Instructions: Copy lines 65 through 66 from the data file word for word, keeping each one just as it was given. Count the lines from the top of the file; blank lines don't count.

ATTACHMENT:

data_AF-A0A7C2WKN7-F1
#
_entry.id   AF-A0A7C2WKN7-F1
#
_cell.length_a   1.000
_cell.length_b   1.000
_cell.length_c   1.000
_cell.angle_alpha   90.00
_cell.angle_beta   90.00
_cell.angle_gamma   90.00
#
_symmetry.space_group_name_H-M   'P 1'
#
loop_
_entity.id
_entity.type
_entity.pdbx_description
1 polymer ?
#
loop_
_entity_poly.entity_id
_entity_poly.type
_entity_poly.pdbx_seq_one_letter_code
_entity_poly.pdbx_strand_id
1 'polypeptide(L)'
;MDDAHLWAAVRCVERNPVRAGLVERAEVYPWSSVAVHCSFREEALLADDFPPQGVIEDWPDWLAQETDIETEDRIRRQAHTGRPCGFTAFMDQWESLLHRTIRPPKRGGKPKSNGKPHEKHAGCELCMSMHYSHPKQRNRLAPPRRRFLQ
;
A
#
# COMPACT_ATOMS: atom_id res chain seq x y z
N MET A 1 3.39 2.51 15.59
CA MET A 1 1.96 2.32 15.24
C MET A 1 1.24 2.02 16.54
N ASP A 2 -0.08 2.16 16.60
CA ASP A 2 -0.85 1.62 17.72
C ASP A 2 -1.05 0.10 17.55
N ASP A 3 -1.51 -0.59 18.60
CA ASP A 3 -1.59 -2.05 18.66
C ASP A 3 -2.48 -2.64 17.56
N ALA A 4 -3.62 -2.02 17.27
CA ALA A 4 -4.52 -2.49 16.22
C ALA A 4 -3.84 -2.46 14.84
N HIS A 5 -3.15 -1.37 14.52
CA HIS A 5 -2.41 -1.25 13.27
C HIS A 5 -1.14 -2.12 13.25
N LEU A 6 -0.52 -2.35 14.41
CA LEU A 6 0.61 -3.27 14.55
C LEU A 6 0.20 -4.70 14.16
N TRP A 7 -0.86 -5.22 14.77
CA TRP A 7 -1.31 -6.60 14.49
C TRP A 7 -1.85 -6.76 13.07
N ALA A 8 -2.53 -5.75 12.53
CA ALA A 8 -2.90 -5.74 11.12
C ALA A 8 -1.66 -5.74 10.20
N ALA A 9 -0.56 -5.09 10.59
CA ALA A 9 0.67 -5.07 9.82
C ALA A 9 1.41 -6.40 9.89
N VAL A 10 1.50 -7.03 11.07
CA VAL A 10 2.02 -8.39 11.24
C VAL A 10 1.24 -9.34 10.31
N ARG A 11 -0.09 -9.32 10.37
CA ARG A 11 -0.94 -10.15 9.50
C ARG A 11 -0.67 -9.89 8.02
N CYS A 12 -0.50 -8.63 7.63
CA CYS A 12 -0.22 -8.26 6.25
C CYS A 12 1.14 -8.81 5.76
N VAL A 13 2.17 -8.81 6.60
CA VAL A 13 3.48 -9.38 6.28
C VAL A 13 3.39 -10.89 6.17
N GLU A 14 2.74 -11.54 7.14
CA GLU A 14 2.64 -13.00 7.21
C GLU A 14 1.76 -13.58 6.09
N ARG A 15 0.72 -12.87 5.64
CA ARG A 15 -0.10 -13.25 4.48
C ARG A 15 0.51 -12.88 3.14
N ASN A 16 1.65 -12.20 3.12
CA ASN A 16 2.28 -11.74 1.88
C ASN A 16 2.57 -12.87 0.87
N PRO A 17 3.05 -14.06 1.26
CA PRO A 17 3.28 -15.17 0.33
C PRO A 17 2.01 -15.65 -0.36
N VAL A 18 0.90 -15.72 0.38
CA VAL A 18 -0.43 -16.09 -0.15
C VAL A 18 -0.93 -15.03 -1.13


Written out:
CA CYS A 12 -0.22 -8.26 6.25
C CYS A 12 1.14 -8.81 5.76